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At Need Credit offers Funeral Directors two payment options for consumers, for funeral homes to recover their costs for goods and services.

FuneralPayPlan (info available at AtNeedCredit.com) is an online loan company providing funeral consumers loans for funeral expenses.  Simple Funeral Payment Plan, powered by CareCaps (also found at AtNeedCredit.com) is a versatile payment plan for funeral directors to bill payments over time as well as recover accounts receivable due.

Of course, funeral home owners must be proactive in training their funeral directors on how to assist families that have financial challenges.

At Need Credit offers such training that eliminates discounting and extraneous accounts receivable work.  Yet again, it takes leadership to make changes.

Ed:  Do you see any drawbacks to any of the payment options currently available to the funeral industry, such as At Need Credit?

Jeff:  There is no downside to funeral homes offering payment plans through a program such as At Need Credit.

However, if funeral homes offer credit or payment plans that charges interest, they are most likely out of federal lending compliance.  When a loan is offered (payment plan, credit or accounts receivable recovery) consumers must be provided with a Truth-In-Lending Act statement as well as calculated Annual Percentage Rates, at the time of application.

I have yet to see a funeral home in compliance of these regulations, thus a third party company like At Need Credit is their best option.

Ed:  It’s clear that every business, including the funeral industry, needs to be compliant when offering financing and that by contracting with a third party to handle payment options, they can avoid the finance compliance issues.  In terms of searching for a third party funeral financing or payment plan solution, what type of advice would you offer to a Funeral Director when he/she is evaluating a payment solution for their business?

Funeral directors should research what others are saying about the payment platform, the tool should offer the ability to create and modify customized payment plans, ensure that deposits can be paid out quickly and that they doesn’t aren’t charged unusually high or unnecessary start up fees.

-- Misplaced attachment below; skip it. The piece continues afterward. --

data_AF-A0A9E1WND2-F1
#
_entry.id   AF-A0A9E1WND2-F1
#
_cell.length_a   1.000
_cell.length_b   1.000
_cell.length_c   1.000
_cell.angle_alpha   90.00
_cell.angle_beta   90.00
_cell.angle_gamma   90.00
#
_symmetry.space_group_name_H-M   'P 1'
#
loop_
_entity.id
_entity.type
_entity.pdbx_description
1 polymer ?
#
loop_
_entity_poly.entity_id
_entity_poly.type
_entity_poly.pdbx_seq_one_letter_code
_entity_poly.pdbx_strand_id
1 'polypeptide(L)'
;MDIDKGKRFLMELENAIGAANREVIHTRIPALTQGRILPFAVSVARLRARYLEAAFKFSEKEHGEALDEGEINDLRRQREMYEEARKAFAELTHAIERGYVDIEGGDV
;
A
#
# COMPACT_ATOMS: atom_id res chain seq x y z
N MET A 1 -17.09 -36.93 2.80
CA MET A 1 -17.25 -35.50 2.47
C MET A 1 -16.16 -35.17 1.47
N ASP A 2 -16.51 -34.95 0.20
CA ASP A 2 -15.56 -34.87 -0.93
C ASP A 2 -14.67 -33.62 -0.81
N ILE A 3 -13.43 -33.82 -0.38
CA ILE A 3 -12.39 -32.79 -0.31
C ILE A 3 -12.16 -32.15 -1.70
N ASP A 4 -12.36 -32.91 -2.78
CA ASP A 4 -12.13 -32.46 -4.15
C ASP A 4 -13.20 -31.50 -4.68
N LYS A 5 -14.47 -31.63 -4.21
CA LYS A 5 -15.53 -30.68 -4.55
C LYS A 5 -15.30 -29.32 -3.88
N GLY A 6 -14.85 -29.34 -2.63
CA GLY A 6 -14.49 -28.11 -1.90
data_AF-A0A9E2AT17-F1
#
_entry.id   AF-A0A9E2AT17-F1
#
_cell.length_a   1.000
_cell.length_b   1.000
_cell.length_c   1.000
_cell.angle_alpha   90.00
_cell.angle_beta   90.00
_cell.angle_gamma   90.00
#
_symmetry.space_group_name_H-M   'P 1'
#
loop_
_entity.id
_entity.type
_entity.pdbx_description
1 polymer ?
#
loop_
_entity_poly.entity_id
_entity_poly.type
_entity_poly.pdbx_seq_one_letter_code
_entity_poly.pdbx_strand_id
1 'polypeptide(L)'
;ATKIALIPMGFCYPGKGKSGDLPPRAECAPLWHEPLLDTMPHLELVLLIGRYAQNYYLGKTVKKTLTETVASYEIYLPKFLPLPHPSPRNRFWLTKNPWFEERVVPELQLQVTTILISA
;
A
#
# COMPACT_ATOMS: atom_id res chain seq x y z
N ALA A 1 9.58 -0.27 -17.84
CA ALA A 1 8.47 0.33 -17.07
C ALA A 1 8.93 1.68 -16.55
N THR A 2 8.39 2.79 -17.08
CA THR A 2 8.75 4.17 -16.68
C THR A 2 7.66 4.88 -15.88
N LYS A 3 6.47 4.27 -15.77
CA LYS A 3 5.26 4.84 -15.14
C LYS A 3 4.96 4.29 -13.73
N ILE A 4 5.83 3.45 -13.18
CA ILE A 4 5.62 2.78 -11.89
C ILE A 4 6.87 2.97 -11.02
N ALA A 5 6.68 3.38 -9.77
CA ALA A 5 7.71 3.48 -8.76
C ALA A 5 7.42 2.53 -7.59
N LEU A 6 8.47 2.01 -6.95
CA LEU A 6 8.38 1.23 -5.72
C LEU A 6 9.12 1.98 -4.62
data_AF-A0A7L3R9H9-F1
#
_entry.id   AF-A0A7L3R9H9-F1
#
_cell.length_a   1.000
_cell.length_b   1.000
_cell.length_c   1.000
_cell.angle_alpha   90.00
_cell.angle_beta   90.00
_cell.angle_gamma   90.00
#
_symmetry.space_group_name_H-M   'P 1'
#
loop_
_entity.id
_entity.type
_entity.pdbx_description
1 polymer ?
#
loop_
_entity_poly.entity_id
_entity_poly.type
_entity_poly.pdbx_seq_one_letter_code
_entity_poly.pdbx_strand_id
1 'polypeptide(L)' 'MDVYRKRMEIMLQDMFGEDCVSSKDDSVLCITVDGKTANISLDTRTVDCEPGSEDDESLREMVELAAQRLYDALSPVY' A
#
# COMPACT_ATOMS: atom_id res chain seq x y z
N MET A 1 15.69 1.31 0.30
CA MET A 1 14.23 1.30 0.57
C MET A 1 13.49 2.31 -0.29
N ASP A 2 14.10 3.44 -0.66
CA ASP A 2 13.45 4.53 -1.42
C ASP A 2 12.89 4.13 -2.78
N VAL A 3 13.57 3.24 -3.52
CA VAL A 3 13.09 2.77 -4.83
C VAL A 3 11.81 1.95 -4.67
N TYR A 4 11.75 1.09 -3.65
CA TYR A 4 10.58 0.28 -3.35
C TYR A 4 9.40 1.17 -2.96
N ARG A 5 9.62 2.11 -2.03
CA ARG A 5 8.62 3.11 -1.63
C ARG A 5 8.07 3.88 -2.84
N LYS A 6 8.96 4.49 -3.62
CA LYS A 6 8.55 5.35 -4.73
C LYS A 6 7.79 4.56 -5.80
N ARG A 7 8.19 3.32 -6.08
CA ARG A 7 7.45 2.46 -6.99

I’d recommend they also go through a full demo of the payment system, to test out the system before implementing in the funeral home business.

Lastly, select a company that has established and updated training for funeral directors, in order to understand how to offer payment plan options during the funeral arrangement session.

Ed:  You’ve owned, operated and managed many funeral industry-related businesses. What advice would you recommend for a family planning a funeral in today’s environment?

I would recommend to everyone they discuss their own end-of-life wishes with family members.  Although this may sound odd, it can be enlightening and provide impetus to collect necessary documents (life insurance policies, wills, advance medical directives, DD-214, etc.) and at least know the location of these important documents, in case of an unexpected death. 

Humor makes the conversation so much easier.  Discussing outfits, after parties and other events often leads to more important matters. 

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I have personally planned my event in Aruba at the Bugaloe Beach Bar headed by my Italian Catholic, Southern Baptist and Jewish funeral director friends leading the bereaved with cigars and lots of rum.  Sounds like a hell of a sendoff, huh? 

Unfortunately, we cannot predict death, especially when we lose those that are younger than us.  Just recently I had such an experience and shared the story on my blog: https://thefuneralcommander.com/2015/11/24/its-personal-grief-grace-gratitude/.

Ed:  Your event you have planned in Aruba, definitely sounds like a hell of a way to celebrate your life!

And I definitely agree with what you recommend, that people take the time to discuss and notate what their end of life wishes should be.  Too many times, friends or family members pass away and we as the survivors, face challenges and awkward moments planning and carrying out what we think are the best wishes on their behalf.  Your advice of taking care of creating and managing the necessary documents is something that might be a challenge at first, but important to do so for the sake of our loved ones.

Thanks so much for your time and sharing your story and advice from your years in the funeral business and serving our country in the military; do you have any last words you’d like to share with our readers as we sign off?

I would encourage everyone to take each day as a gift and love deeply those closest because tomorrow may not come.  Plan, talk, laugh and love.

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Ed Bisquera

Digital Marketing Consultant at Bisquera Digital
Ed is a guest author on the CareCap blog, providing articles and tips to businesses on using digital marketing tactics to gain more customers. You can reach him on Twitter or LinkedIn or post in the comments section below. Disclaimer: Views and opinions expressed in this article are those of the author and do not necessarily reflect the official corporate policy or position of CareCap.